The Æneids of Virgil

Done into English Verse

Author: Virgil
Co-author: William Morris
Published: 1900
Language: English
Wordcount: 110,830 / 352 pg
Flesch-Kincaid Reading Ease: 91.8
LoC Category: PN
Downloads: 973
Added to site: 2009.07.09
mnybks.net#: 24659
Origin: gutenberg.org
Genre: Poetry
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Excerpt

heir sway should compass? Father, doth the counsel shift in thee?

This thing indeed atoned to me for Troy in ashes laid,

And all the miserable end, as fate 'gainst fate I weighed:

But now the self-same fortune dogs men by such troubles driven

So oft and oft. What end of toil then giv'st thou, King of heaven?

Antenor was of might enow to 'scape the Achæan host,

And safe to reach the Illyrian gulf and pierce Liburnia's coast,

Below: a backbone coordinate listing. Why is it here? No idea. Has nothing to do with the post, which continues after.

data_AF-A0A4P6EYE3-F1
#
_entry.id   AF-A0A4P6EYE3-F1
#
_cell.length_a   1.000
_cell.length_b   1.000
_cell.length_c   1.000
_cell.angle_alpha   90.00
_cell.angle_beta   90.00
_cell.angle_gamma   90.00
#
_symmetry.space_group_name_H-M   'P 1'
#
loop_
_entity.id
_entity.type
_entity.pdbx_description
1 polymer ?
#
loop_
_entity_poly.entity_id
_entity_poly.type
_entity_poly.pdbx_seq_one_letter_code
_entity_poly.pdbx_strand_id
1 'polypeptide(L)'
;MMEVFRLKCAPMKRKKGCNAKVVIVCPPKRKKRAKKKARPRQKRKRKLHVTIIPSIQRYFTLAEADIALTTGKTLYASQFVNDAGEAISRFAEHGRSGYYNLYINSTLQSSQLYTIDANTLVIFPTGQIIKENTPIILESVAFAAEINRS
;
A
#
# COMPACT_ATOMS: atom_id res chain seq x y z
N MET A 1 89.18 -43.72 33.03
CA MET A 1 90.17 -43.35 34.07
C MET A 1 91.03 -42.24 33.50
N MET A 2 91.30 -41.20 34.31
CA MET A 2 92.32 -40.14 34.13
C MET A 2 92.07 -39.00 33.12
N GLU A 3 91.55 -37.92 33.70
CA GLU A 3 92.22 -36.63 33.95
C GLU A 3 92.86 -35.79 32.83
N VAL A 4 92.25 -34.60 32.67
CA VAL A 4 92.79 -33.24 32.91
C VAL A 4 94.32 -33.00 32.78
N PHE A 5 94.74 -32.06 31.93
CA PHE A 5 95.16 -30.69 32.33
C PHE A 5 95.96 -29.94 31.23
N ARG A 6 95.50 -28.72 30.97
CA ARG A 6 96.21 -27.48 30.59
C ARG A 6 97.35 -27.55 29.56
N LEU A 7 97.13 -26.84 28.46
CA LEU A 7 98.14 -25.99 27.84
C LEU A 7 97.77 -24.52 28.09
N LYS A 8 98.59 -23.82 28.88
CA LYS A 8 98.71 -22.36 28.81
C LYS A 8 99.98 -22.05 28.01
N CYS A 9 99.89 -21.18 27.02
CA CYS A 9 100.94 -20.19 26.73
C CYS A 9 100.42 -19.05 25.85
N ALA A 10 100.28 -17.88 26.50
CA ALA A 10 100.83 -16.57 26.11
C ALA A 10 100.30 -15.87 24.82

And through the inmost realms thereof to pass Timavus' head,

Whence through nine mouths midst mountain roar is that wild water shed,

To cast itself on fields below with all its sounding sea:

And there he made Patavium's town and Teucrian seats to be,

And gave the folk their very name and Trojan arms did raise:

Now settled in all peace and rest he passeth quiet days.

But we, thy children, unto whom thou giv'st with bowing head

The heights of heaven, our ships are lost, and we, O shame! be

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